Bureau of Industry and Security, Commerce.
Proposed rule; withdrawal.
BIS is withdrawing a proposed rule published October 2004. That rule would have revised the definition of “knowledge” in the Export Administration Regulations. It also would have updated the “red flags” guidance and would have provided a safe harbor from liability arising from knowledge under the definition of that term. In light of the public comments received on the proposed rule and BIS's review of relevant provisions of the existing regulations, this proposed rule is being withdrawn.
The proposed rule is withdrawn on October 18, 2006.Start Further Info Start Printed Page 61436
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On October 13, 2004, BIS published a proposed rule to amend the EAR by revising the definition of “knowledge” that applies throughout most of the regulations, to revise its “red flag” guidance and to create a safe harbor with respect to certain violations that have “knowledge” as one of the elements of the offense (69 FR 60829, October 13, 2004; Comment period reopened 69 FR 65555, November 15, 2004).
The proposed rule would have revised the definition of knowledge in § 772.1 of the EAR in four ways. It would have incorporated a “reasonable person” standard, replaced the phrase “high probability” with the phrase “more likely than not,” added the phrase “inter alia” to the description of the facts and circumstances that could make a person aware of the existence or future occurrence of a fact, and eliminated the phrase “known to a person” from the sentence in the knowledge definition that states that knowledge may be inferred from “conscious disregard of facts known to a person.” The proposed rule also would have limited the applicability of the definition to certain actors in transactions subject to the Export Administration Regulations (EAR) and excluded certain usages from the definition.
The proposed rule would have increased from 12 to 23 the number of circumstances explicitly set forth as “red flags” in Supplement No. 3 to part 732 of the EAR.
The proposed rule would have created a “safe harbor” from knowledge based violations. To take advantage of the safe harbor, a party would have to commit no violations of the EAR, in connection with the transaction, identify and resolve any “red flags” present in the transaction and report the red flags found and the resolution to BIS. BIS would have been required to acknowledge receipt of all such reports. Thereafter, if BIS responded to the party's report by stating that it concurred that the party had adequately addressed red flags or by advising the party that BIS would not be responding to the report, the party would have been able to take advantage of the safe harbor, assuming the party had accurately disclosed all relevant information to BIS. The proposed rule stated BIS's intention to respond to most reports within 45 days. However, the response might consist of a notice that BIS needed more time to evaluate the party's report. If BIS did not respond to the party's report by the date stated in the acknowledgment provided to the party, the party could have contacted BIS to inquire about the status of the report.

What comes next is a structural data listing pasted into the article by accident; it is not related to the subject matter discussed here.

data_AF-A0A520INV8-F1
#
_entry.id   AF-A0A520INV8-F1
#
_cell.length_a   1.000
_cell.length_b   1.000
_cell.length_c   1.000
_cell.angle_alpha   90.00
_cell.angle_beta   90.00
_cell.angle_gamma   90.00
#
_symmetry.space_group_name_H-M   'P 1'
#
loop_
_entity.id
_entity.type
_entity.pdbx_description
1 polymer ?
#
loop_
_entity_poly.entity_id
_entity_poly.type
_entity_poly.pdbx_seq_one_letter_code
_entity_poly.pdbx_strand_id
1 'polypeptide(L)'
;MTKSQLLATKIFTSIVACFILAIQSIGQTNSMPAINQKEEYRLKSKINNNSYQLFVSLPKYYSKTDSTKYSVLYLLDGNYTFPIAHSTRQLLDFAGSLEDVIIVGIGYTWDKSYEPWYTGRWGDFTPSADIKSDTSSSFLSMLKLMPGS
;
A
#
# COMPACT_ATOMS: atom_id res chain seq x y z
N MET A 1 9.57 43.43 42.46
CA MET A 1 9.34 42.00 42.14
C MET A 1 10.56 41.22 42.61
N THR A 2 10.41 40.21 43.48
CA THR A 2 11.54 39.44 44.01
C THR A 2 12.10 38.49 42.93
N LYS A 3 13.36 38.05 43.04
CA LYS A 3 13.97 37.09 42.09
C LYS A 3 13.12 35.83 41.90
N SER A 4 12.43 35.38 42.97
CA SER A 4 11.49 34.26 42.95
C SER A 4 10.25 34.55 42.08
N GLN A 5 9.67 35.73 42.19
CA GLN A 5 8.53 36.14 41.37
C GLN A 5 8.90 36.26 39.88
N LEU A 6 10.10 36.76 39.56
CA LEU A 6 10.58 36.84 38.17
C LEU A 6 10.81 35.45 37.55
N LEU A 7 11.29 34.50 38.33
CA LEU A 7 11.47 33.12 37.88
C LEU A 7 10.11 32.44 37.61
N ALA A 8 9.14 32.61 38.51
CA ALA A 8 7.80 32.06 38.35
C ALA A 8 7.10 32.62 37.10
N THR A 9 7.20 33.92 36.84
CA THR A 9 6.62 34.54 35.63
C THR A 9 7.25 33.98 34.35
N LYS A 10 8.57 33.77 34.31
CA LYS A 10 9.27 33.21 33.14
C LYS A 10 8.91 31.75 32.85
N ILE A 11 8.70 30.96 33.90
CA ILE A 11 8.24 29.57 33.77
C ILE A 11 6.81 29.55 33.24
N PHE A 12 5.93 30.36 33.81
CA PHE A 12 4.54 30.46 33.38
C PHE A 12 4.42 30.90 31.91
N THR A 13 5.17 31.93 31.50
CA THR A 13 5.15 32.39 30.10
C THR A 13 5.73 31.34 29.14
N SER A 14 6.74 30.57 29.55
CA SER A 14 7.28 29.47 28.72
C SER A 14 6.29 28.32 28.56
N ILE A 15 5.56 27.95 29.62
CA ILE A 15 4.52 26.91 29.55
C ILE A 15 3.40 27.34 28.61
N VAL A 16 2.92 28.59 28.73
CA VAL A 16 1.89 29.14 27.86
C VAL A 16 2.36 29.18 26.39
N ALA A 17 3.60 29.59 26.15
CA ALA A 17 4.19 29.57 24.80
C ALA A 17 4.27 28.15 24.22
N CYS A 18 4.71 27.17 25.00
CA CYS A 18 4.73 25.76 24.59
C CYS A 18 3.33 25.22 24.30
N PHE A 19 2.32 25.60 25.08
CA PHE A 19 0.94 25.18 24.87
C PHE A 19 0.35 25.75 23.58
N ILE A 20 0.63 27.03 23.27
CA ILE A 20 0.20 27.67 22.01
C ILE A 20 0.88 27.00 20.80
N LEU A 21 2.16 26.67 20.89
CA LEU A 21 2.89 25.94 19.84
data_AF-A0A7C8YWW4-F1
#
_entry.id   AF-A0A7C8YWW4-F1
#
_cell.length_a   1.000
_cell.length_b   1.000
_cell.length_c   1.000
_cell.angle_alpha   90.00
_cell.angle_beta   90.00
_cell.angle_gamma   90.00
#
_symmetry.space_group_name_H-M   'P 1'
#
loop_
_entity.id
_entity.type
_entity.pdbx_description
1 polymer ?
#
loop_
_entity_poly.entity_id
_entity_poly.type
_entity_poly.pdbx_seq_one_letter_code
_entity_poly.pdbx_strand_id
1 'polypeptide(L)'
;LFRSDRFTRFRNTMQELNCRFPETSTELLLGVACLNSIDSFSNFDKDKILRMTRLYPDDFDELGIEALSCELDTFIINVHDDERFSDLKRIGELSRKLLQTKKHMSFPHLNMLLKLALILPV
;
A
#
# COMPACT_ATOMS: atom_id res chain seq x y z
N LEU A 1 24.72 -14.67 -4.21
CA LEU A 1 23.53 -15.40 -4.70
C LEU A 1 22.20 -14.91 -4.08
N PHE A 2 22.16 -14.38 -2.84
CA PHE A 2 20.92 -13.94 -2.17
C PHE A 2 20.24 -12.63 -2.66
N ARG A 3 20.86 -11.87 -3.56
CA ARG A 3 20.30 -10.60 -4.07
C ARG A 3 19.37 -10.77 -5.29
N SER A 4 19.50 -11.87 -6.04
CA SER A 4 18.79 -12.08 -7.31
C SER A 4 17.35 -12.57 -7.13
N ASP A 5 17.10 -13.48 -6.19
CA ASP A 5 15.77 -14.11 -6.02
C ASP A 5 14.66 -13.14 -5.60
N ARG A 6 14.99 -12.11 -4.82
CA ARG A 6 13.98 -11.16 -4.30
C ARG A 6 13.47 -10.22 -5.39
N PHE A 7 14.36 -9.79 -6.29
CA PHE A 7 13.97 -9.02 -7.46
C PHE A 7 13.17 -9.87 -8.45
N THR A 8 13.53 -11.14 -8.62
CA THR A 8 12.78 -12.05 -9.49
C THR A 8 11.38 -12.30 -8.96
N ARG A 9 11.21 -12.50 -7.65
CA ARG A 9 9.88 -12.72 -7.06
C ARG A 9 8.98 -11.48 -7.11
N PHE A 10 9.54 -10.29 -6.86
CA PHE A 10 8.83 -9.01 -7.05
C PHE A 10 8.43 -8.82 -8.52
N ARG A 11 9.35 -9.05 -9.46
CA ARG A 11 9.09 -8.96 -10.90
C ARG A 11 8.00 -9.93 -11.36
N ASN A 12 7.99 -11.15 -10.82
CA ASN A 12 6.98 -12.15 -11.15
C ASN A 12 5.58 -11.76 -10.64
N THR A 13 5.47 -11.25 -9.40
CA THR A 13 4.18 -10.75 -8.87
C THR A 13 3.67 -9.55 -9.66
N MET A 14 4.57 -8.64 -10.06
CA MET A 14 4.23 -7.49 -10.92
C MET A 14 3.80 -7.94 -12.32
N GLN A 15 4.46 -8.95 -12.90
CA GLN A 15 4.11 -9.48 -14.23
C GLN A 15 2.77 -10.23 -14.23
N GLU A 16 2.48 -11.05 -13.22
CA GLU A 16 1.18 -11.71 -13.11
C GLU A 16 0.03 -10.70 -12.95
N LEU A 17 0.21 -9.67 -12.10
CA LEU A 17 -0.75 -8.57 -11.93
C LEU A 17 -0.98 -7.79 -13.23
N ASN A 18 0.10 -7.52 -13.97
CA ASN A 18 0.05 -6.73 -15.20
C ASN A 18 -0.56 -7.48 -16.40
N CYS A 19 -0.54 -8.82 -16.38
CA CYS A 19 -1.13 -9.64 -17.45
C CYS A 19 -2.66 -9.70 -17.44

BIS received 18 comments on this proposed rule. Nine of these comments were filed by associations that have multiple members.
With regard to revising the definition of knowledge, the most frequently expressed opinion was that the revisions were, in fact, substantive changes to the definition rather than mere clarifications. Commenters also stated that BIS had not offered any reason as to why any change in the knowledge definition was necessary.
Although the revisions to the “red flags” were criticized less than other proposed changes, commenters made suggestions for revisions or elimination of 12 specific “red flags.” In addition, some commenters asserted that the proposal increased the number of circumstances that could be red flags without providing adequate guidance as to the circumstances when any particular “red flag” would be applicable. The notice did state (as does current Supplement No. 3 to part 732 of the EAR) that not all red flags are applicable in all circumstances.
A number of commenters criticized the safe harbor proposal, stating that it was too complex and lengthy. Several predicted that few, if any, firms would be inclined to use it. Some suggested that submitting a license application for the transaction would be simpler and probably faster than waiting to see if BIS approved of the manner in which the party resolved the “red flags.”
Withdrawal of Proposal
BIS has considered the comments on the proposed rule. BIS has also reviewed the proposed rule as compared to the corresponding existing provisions of the EAR and has considered several possible modifications of the proposed rule. As a result of this consideration, BIS has concluded that utilizing this proposed rule as a basis for amending the EAR would neither clarify the public's responsibilities under the EAR nor make the regulations more effective. Accordingly, BIS is withdrawing this proposal.Start Signature
Dated: October 11, 2006.
Christopher A. Padilla,
Assistant Secretary for Export Administration.
[FR Doc. E6-17265 Filed 10-17-06; 8:45 am]
BILLING CODE 3510-33-P